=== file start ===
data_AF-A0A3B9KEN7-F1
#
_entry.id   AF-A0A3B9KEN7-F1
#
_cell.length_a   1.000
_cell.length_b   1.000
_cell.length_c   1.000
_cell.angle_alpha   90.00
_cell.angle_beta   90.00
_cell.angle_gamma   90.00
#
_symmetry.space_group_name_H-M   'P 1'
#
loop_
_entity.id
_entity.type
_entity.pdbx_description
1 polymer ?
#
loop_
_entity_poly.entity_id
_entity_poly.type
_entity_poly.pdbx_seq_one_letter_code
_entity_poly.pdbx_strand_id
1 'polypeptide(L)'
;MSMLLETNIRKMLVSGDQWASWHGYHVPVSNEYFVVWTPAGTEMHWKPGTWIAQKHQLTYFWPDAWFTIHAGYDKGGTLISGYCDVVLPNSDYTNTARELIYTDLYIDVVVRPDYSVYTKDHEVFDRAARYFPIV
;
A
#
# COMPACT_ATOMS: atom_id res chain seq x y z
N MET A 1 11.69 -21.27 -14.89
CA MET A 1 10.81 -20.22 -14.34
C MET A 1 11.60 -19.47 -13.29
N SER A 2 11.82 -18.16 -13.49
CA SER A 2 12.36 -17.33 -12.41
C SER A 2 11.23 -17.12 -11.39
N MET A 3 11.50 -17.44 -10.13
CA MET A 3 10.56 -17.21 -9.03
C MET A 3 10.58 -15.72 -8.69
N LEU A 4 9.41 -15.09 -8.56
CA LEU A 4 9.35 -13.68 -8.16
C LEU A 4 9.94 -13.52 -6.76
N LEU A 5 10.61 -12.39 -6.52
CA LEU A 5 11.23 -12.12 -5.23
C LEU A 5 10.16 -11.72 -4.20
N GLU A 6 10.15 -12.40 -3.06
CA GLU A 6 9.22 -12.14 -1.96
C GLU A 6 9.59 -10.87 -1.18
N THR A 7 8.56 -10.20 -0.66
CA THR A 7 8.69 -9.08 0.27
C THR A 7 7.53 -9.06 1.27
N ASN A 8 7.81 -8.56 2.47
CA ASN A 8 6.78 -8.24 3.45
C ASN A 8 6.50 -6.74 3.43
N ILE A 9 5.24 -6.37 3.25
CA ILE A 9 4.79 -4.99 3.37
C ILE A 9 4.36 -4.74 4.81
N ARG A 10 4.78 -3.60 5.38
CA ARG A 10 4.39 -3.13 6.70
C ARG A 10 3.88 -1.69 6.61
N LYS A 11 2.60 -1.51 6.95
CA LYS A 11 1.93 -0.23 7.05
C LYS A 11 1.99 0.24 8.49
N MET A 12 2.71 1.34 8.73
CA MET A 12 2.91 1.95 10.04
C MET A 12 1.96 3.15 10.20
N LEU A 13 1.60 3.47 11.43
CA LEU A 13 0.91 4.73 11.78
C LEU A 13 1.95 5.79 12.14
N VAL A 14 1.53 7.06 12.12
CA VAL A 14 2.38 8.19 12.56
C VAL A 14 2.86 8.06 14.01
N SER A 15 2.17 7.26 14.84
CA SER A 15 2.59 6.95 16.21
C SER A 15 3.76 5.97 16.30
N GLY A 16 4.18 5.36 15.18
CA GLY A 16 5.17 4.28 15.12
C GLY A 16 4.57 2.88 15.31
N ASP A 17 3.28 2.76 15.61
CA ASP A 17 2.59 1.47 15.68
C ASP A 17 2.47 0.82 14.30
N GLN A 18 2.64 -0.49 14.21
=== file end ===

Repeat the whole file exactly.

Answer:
data_AF-A0A3B9KEN7-F1
#
_entry.id   AF-A0A3B9KEN7-F1
#
_cell.length_a   1.000
_cell.length_b   1.000
_cell.length_c   1.000
_cell.angle_alpha   90.00
_cell.angle_beta   90.00
_cell.angle_gamma   90.00
#
_symmetry.space_group_name_H-M   'P 1'
#
loop_
_entity.id
_entity.type
_entity.pdbx_description
1 polymer ?
#
loop_
_entity_poly.entity_id
_entity_poly.type
_entity_poly.pdbx_seq_one_letter_code
_entity_poly.pdbx_strand_id
1 'polypeptide(L)'
;MSMLLETNIRKMLVSGDQWASWHGYHVPVSNEYFVVWTPAGTEMHWKPGTWIAQKHQLTYFWPDAWFTIHAGYDKGGTLISGYCDVVLPNSDYTNTARELIYTDLYIDVVVRPDYSVYTKDHEVFDRAARYFPIV
;
A
#
# COMPACT_ATOMS: atom_id res chain seq x y z
N MET A 1 11.69 -21.27 -14.89
CA MET A 1 10.81 -20.22 -14.34
C MET A 1 11.60 -19.47 -13.29
N SER A 2 11.82 -18.16 -13.49
CA SER A 2 12.36 -17.33 -12.41
C SER A 2 11.23 -17.12 -11.39
N MET A 3 11.50 -17.44 -10.13
CA MET A 3 10.56 -17.21 -9.03
C MET A 3 10.58 -15.72 -8.69
N LEU A 4 9.41 -15.09 -8.56
CA LEU A 4 9.35 -13.68 -8.16
C LEU A 4 9.94 -13.52 -6.76
N LEU A 5 10.61 -12.39 -6.52
CA LEU A 5 11.23 -12.12 -5.23
C LEU A 5 10.16 -11.72 -4.20
N GLU A 6 10.15 -12.40 -3.06
CA GLU A 6 9.22 -12.14 -1.96
C GLU A 6 9.59 -10.87 -1.18
N THR A 7 8.56 -10.20 -0.66
CA THR A 7 8.69 -9.08 0.27
C THR A 7 7.53 -9.06 1.27
N ASN A 8 7.81 -8.56 2.47
CA ASN A 8 6.78 -8.24 3.45
C ASN A 8 6.50 -6.74 3.43
N ILE A 9 5.24 -6.37 3.25
CA ILE A 9 4.79 -4.99 3.37
C ILE A 9 4.36 -4.74 4.81
N ARG A 10 4.78 -3.60 5.38
CA ARG A 10 4.39 -3.13 6.70
C ARG A 10 3.88 -1.69 6.61
N LYS A 11 2.60 -1.51 6.95
CA LYS A 11 1.93 -0.23 7.05
C LYS A 11 1.99 0.24 8.49
N MET A 12 2.71 1.34 8.73
CA MET A 12 2.91 1.95 10.04
C MET A 12 1.96 3.15 10.20
N LEU A 13 1.60 3.47 11.43
CA LEU A 13 0.91 4.73 11.78
C LEU A 13 1.95 5.79 12.14
N VAL A 14 1.53 7.06 12.12
CA VAL A 14 2.38 8.19 12.56
C VAL A 14 2.86 8.06 14.01
N SER A 15 2.17 7.26 14.84
CA SER A 15 2.59 6.95 16.21
C SER A 15 3.76 5.97 16.30
N GLY A 16 4.18 5.36 15.18
CA GLY A 16 5.17 4.28 15.12
C GLY A 16 4.57 2.88 15.31
N ASP A 17 3.28 2.76 15.61
CA ASP A 17 2.59 1.47 15.68
C ASP A 17 2.47 0.82 14.30
N GLN A 18 2.64 -0.49 14.21